GaN and its alloys are promising candidates for high temperature thermoelectric (TE) materials due to their high Seebeck coefficient and high thermal and mechanical stability. Moreover, these materials can overcome the toxicity concern of current Te-based TE materials, such as Bi2Te3 and PbTe. These materials have recently shown a higher Seebeck coefficient than that of SiGe in high temperature region because their large bandgap characteristic eliminates the bipolar conduction. In this study, we report the room temperature thermoelectric properties of p-type Mg doped GaN, grown by metalorganic chemical vapor deposition (MOCVD) on sapphire substrate with various carrier concentrations. Undoped and n-type GaN are also incorporated with p-type GaN films to make comparison. The structural, optical, electrical, and thermal properties of the samples were examined by X-ray diffraction, photoluminescence, van der Pauw hall-effect, and thermal gradient methods, respectively. The Seebeck coefficient ranging from 710-900µV/K at room temperature of Mg: GaN were observed, which further indicated their potential TE applications.
The Bench 19 Bonebed at Bentiaba, Angola, is a unique concentration of marine vertebrates preserving six species of mosasaurs in sediments best correlated by magnetostratigraphy to chron C32n.1n between 71.4 and 71.64 Ma. The bonebed formed at a paleolatitude near 24°S, with an Atlantic width at that latitude approximating 2700 km, roughly half that of the current width. The locality lies on an uncharacteristically narrow continental shelf near transform faults that controlled the coastal outline of Africa in the formation of the South Atlantic Ocean. Biostratigraphic change through the Bentiaba section indicates that the accumulation occurred in an ecological time dimension within the 240 ky bin delimited by chron 32n.1n. The fauna occurs in a 10 m sand unit in the Mocuio Formation with bones and partial skeletons concentrated in, but not limited to, the basal 1–2 m. The sediment entombing the fossils is an immature feldspathic sand shown by detrital zircon ages to be derived from nearby granitic shield rocks. Specimens do not appear to have a strong preferred orientation and they are not concentrated in a strand line. Stable oxygen isotope analysis of associated bivalve shells indicates a water temperature of 18.5°C. The bonebed is clearly mixed with scattered dinosaur and pterosaur elements in a marine assemblage. Gut contents, scavenging marks and associated shed shark teeth in the Bench 19 Fauna indicate biological association and attrition due to feeding activities. The ecological diversity of mosasaur species is shown by tooth and body-size disparity and by δ13C analysis of tooth enamel, which indicate a variety of foraging areas and dietary niches. The Bench 19 Fauna was formed in arid latitudes along a coastal desert similar to that of modern Namibia on a narrow, tectonically controlled continental shelf, in shallow waters below wave base. The area was used as a foraging ground for diverse species, including molluscivorus Globidens phosphaticus, small species expected near the coast, abundant Prognathodon kianda, which fed on other mosasaurs at Bench 19, and species that may have been transient and opportunistic feeders in the area.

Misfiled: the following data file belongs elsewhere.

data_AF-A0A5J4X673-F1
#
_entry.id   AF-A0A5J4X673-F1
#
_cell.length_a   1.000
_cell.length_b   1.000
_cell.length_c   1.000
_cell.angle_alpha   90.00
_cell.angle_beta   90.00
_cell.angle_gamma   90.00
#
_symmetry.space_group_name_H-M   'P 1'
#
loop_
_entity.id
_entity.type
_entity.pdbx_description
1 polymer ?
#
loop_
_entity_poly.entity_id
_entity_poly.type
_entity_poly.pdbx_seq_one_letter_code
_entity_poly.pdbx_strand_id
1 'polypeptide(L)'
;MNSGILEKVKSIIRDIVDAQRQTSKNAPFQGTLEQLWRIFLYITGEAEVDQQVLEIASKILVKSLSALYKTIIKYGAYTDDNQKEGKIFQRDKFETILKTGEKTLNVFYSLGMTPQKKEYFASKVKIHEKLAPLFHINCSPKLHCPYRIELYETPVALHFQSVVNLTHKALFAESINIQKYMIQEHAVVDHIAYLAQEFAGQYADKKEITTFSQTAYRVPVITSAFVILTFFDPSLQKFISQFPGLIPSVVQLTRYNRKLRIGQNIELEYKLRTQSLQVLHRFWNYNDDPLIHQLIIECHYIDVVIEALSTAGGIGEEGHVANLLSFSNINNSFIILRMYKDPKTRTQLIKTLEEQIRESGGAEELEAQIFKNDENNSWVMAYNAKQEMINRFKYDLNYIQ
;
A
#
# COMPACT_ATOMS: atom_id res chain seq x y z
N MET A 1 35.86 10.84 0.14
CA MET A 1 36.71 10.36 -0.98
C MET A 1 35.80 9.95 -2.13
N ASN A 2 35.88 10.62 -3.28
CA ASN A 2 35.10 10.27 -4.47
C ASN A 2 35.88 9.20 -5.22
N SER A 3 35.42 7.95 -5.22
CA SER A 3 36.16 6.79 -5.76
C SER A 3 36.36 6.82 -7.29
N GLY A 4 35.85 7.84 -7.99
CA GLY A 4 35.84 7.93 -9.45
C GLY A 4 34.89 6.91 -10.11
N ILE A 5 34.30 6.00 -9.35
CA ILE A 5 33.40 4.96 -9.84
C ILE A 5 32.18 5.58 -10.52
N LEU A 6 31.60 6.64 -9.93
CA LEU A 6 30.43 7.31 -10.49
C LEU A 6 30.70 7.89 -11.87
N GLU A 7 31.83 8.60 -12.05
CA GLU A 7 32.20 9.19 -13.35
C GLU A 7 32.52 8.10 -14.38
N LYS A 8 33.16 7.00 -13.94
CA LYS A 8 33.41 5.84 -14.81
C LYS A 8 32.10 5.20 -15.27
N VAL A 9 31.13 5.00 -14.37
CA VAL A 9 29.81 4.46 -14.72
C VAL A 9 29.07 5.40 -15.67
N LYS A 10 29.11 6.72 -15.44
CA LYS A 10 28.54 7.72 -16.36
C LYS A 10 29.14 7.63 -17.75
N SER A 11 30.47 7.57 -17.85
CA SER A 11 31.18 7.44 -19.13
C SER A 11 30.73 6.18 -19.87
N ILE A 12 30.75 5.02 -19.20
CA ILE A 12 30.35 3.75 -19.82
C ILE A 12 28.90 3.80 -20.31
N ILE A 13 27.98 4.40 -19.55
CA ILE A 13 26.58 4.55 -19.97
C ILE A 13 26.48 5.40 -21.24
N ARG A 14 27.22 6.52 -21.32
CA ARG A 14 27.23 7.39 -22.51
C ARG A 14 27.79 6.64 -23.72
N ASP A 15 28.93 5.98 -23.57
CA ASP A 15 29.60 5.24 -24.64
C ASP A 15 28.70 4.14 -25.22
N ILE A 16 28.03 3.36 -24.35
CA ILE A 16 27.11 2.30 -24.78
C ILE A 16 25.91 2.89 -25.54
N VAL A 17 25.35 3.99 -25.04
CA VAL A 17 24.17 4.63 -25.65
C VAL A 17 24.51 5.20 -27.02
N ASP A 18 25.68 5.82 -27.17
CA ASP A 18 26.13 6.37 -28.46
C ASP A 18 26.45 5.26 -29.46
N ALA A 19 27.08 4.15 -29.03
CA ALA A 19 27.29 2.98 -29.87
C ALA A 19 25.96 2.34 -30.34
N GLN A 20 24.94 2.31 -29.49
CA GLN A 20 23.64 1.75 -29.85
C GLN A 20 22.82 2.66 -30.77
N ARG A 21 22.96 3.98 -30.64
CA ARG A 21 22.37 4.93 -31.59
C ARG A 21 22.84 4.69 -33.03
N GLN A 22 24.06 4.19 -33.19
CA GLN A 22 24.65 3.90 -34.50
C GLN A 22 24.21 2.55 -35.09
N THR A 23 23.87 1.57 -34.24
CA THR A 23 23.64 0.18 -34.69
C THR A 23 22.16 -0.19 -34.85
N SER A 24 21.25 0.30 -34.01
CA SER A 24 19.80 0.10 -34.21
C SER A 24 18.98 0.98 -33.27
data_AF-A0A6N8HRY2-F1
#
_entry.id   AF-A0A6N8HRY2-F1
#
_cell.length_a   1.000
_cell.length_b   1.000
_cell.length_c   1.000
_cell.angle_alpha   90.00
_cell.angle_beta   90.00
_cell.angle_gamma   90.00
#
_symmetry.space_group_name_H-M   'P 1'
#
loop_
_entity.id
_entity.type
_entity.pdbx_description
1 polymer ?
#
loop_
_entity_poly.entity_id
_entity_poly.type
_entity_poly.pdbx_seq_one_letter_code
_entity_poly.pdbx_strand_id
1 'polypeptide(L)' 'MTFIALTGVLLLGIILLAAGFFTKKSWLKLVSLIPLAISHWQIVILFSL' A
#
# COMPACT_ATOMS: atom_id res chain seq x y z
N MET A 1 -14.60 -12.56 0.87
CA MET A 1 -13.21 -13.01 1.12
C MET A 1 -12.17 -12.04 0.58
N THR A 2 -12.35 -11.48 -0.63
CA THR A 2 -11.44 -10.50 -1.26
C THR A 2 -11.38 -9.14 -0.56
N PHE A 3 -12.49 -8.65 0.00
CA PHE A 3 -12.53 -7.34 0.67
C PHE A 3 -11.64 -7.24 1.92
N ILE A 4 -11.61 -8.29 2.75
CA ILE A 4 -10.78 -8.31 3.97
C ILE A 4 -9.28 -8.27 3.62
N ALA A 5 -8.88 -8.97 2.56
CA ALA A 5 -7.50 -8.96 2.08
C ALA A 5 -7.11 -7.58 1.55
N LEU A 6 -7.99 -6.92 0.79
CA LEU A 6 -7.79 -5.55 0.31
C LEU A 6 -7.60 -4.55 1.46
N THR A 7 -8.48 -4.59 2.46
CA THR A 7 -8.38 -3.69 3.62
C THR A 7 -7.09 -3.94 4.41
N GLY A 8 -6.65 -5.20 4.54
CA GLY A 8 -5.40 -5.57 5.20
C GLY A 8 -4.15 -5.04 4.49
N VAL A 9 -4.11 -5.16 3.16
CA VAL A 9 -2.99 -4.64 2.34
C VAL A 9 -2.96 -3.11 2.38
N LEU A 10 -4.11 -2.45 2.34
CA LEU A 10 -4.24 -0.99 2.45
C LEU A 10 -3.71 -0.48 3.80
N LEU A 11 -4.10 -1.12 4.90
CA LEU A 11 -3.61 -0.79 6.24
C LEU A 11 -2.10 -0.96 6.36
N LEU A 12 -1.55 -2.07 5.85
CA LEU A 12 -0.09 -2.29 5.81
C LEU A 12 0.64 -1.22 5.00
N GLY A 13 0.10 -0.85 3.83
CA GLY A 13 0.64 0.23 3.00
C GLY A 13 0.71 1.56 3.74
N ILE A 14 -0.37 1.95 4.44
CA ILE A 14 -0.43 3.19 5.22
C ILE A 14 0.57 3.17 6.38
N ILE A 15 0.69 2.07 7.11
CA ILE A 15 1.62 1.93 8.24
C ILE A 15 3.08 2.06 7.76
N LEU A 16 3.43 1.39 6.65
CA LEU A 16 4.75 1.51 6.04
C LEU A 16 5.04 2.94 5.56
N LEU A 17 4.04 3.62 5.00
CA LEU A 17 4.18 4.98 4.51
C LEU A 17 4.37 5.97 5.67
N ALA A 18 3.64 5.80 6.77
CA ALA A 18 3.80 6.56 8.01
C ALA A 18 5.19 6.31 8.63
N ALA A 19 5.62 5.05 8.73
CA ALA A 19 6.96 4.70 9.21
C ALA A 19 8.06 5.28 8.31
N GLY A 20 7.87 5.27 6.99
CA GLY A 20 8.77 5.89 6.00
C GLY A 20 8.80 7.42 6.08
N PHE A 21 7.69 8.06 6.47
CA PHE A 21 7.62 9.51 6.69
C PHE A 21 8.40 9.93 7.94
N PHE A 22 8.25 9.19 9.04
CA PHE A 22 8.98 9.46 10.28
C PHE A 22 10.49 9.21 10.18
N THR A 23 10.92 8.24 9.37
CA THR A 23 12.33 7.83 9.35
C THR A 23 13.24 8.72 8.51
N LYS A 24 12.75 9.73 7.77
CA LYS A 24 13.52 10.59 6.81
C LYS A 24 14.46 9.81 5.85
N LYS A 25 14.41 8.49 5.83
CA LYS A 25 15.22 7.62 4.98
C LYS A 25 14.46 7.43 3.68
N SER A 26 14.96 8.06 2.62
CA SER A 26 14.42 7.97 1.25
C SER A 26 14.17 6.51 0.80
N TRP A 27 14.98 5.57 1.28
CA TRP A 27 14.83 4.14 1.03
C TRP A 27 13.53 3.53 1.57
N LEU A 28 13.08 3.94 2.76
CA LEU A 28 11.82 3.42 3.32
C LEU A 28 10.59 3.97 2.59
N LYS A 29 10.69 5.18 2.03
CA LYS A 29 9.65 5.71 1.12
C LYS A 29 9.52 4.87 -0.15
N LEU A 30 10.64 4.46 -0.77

Known in English as Mount Taylor, Dewankwin Kyaba:chu Yalanne (“in the east snow-capped mountain”) in northwestern New Mexico is a sacred landscape to the Zuni people. From an archaeological perspective, the mountain is dotted with hundreds of discrete archaeological sites that record 12,000 years of history. From a Zuni perspective, Mount Taylor is a rich cultural landscape—a tangible record of ancestral migrations, a living being, a pilgrimage site, a referent in religious prayers, a spiritual source of rain, and a collecting place for spring water, animals, minerals, and plants. For Zunis, all of these facets of the mountain combine to create a “total landscape” that is both a source and an instrument of Zuni culture. This article presents a case study of a compliance project to document the potential impacts of a proposed uranium mine at the base of Mount Taylor on Zuni traditional cultural properties. The project demonstrates how archaeologists can benefit from a landscape perspective that builds from the traditional knowledge of descendant communities. The Zuni standpoint further helps shape a CRM practice that is anthropologically informed and consistent with a developing federal mandate to use landscape-scale analysis in heritage management and mitigation practices.
Compositional analyses were undertaken to evaluate the hypothesis that Shivwits Ware pottery found in southern Nevada was not produced in that area but, instead, manufactured on the Shivwits Plateau. The evidence supports this hypothesis and indicates that large quantities of Shivwits Ware jars moved through a distribution system linking the upland areas of the western Arizona Strip with the lowlands of southeastern Nevada. This long-distance movement of utilitarian pottery is unusual for precontact North America, in that it occurred in the apparent absence of any centralized distribution mechanisms and between what would have been small, kin-based communities. The nature and the causes for the development of this distribution system are discussed.